Before you start cleaning your cat’s eyes, it’s best to prep the hair. Begin by trimming or clipping the hair around the cat’s eyes or nose. Doing so will not only eliminate some of the dirty hair but will reduce the amount of hair coated by eye discharge in the future.

However, don’t do it too close to the skin. The goal is to trim and not get rid of all the hair around the cat’s eyes. So, make sure you’re only trimming a small amount.

Begin Cleaning

Once you’ve trimmed the hair around the feline’s nose and eyes, you’re ready to start cleaning. Follow these steps:

  • Wipe your cat’s eyes: Dip the cotton pad in the warm water and gently squeeze out the excess. Next, use the wet cotton pad to wipe around your cat’s eyes gently. It’s crucial to use a damp cotton pad because wiping the eyes while they’re dry may cause irritation. Do this on both eyes.
  • Wet a cotton pad with boric acid: Take a cotton square and wet it with a small amount of boric acid. It should be wet but not dripping. Boric acid is safe for eye cleaning and helps bleach the stained fur around the eyes and nose.
  • Clean your cat’s eyes: Take the wet cotton pad with boric acid and clean the cat’s eyes while they’re closed. You can squeeze the boric acid out of the cotton pad to ensure it comes into contact with the coat. Repeat several times with fresh cotton pads until the stain is gone. Repeat the process on the other eye.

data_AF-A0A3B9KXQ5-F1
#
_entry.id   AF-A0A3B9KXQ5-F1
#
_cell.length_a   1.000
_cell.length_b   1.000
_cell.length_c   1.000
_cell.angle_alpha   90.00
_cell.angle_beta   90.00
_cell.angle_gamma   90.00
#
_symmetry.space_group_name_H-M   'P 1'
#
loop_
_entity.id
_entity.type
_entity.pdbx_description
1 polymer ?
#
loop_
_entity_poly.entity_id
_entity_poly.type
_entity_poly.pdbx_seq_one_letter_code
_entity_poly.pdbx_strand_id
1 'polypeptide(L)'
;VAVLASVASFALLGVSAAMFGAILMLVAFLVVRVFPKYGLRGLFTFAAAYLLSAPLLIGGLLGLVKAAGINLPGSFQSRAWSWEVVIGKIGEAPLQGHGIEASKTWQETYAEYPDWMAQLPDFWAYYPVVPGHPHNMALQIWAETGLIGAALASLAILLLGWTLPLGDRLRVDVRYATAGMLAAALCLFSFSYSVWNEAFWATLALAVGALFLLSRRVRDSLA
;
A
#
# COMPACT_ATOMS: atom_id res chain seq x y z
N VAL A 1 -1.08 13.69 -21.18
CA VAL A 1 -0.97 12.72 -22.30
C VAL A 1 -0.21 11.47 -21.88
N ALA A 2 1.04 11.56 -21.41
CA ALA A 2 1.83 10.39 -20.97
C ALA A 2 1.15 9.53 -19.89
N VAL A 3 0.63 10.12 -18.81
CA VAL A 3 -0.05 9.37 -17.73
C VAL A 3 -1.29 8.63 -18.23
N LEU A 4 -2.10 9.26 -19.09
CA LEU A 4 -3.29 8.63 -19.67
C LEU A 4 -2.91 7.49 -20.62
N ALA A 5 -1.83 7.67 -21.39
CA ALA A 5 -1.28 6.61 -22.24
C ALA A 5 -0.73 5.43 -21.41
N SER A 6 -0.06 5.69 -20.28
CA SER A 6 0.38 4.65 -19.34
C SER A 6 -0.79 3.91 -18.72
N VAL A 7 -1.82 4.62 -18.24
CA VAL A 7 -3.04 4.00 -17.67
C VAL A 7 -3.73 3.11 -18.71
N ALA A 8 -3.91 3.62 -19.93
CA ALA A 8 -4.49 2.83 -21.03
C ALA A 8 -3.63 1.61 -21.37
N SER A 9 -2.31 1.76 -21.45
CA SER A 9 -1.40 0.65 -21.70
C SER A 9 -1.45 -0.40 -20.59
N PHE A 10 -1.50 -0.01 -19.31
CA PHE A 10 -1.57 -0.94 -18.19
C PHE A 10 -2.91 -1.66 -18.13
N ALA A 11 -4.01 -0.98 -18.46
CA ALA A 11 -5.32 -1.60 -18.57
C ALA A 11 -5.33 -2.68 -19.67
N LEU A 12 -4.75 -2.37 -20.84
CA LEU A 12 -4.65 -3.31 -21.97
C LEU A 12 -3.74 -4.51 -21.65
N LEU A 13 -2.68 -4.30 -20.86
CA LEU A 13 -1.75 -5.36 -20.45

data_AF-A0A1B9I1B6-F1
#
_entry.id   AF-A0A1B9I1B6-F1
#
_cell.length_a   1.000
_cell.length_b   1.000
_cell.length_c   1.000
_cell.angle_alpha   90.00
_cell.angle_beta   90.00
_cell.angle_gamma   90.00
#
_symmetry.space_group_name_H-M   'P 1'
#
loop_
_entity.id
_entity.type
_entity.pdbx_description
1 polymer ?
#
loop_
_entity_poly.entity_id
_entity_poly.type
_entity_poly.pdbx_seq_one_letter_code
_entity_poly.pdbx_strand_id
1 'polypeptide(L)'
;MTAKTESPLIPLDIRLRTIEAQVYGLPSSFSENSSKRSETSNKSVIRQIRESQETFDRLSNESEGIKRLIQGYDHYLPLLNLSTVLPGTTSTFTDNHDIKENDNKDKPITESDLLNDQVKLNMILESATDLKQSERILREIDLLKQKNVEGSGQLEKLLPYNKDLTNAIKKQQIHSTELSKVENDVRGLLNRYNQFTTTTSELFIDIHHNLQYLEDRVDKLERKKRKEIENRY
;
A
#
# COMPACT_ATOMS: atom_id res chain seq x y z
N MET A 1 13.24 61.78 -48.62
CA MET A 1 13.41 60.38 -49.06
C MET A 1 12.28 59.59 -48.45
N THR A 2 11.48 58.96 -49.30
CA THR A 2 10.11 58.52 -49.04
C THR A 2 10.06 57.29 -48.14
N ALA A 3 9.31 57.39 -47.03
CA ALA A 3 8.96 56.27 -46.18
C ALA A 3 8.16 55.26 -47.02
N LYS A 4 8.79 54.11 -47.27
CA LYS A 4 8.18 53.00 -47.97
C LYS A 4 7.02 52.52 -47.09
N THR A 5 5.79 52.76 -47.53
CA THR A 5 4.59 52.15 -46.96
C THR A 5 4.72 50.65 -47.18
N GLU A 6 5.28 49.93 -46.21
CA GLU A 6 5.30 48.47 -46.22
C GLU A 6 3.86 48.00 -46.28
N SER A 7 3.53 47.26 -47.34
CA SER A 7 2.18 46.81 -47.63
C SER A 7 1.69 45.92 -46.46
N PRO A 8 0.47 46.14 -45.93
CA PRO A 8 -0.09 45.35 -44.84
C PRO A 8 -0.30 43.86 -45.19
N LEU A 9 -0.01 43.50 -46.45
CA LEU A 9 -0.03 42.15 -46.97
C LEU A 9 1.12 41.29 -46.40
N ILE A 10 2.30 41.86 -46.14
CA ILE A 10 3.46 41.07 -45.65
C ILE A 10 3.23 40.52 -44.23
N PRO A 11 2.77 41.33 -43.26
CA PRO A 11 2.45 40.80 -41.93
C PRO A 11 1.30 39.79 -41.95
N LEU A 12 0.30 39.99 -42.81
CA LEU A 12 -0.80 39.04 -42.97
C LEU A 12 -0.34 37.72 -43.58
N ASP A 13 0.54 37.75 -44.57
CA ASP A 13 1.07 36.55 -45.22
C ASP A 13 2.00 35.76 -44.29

• Remove residue: When you’ve cleaned both eyes, and there are no stains left, the final step is getting rid of any residual boric acid. Take another cotton pad, wet it with some warm water, and gently wipe the eyes until they’re clean.

Speaking of the hair on a Persian cat, check out our article to find out if Persian cats have hair or fur: Click Here.

Repeat

If you clean your Persian cat’s eyes regularly, you’ll often not need to use boric acid. Boric acid is often a requirement when there’s a lot of staining, which happens with irregular grooming. To prevent your cat’s fur from staining, make it a habit to clean their eyes at least twice a day.

Use cotton pads and warm water to clean the cat’s eyes every day, and you shouldn’t have a problem with staining. It only takes a few minutes, and it’s an inexpensive habit since all you need are cotton pads and warm water.

Why You Should Clean Your Persian’s Eyes Daily

You’re probably wondering why it’s necessary to clean your cat’s eyes every day. After all, isn’t the consistent eye discharge something normal for these cats? Yes, it is. However, if you don’t clean the cat’s eyes regularly, it could lead to several problems.